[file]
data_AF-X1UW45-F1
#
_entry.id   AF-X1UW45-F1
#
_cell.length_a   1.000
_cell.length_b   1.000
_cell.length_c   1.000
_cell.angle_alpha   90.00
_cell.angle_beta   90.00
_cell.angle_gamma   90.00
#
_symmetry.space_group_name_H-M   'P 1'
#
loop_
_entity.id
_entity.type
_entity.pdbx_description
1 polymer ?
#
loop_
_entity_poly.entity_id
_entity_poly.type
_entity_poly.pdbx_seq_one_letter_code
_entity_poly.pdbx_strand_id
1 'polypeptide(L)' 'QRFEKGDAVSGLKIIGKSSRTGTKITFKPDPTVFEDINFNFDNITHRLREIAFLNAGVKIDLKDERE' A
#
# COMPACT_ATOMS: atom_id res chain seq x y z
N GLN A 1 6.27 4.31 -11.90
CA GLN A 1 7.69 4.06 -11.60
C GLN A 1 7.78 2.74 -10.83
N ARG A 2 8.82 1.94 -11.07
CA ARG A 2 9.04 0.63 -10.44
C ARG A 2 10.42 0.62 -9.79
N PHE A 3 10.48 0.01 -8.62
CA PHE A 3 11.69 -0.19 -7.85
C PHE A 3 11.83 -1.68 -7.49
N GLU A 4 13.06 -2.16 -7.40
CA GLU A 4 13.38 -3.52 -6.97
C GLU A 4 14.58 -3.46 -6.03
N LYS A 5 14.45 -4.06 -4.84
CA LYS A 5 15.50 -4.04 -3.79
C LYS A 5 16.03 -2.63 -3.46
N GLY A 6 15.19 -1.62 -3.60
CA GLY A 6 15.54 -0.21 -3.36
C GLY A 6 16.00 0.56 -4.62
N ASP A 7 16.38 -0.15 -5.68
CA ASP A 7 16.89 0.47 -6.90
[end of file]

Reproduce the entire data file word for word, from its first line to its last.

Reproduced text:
data_AF-X1UW45-F1
#
_entry.id   AF-X1UW45-F1
#
_cell.length_a   1.000
_cell.length_b   1.000
_cell.length_c   1.000
_cell.angle_alpha   90.00
_cell.angle_beta   90.00
_cell.angle_gamma   90.00
#
_symmetry.space_group_name_H-M   'P 1'
#
loop_
_entity.id
_entity.type
_entity.pdbx_description
1 polymer ?
#
loop_
_entity_poly.entity_id
_entity_poly.type
_entity_poly.pdbx_seq_one_letter_code
_entity_poly.pdbx_strand_id
1 'polypeptide(L)' 'QRFEKGDAVSGLKIIGKSSRTGTKITFKPDPTVFEDINFNFDNITHRLREIAFLNAGVKIDLKDERE' A
#
# COMPACT_ATOMS: atom_id res chain seq x y z
N GLN A 1 6.27 4.31 -11.90
CA GLN A 1 7.69 4.06 -11.60
C GLN A 1 7.78 2.74 -10.83
N ARG A 2 8.82 1.94 -11.07
CA ARG A 2 9.04 0.63 -10.44
C ARG A 2 10.42 0.62 -9.79
N PHE A 3 10.48 0.01 -8.62
CA PHE A 3 11.69 -0.19 -7.85
C PHE A 3 11.83 -1.68 -7.49
N GLU A 4 13.06 -2.16 -7.40
CA GLU A 4 13.38 -3.52 -6.97
C GLU A 4 14.58 -3.46 -6.03
N LYS A 5 14.45 -4.06 -4.84
CA LYS A 5 15.50 -4.04 -3.79
C LYS A 5 16.03 -2.63 -3.46
N GLY A 6 15.19 -1.62 -3.60
CA GLY A 6 15.54 -0.21 -3.36
C GLY A 6 16.00 0.56 -4.62
N ASP A 7 16.38 -0.15 -5.68
CA ASP A 7 16.89 0.47 -6.90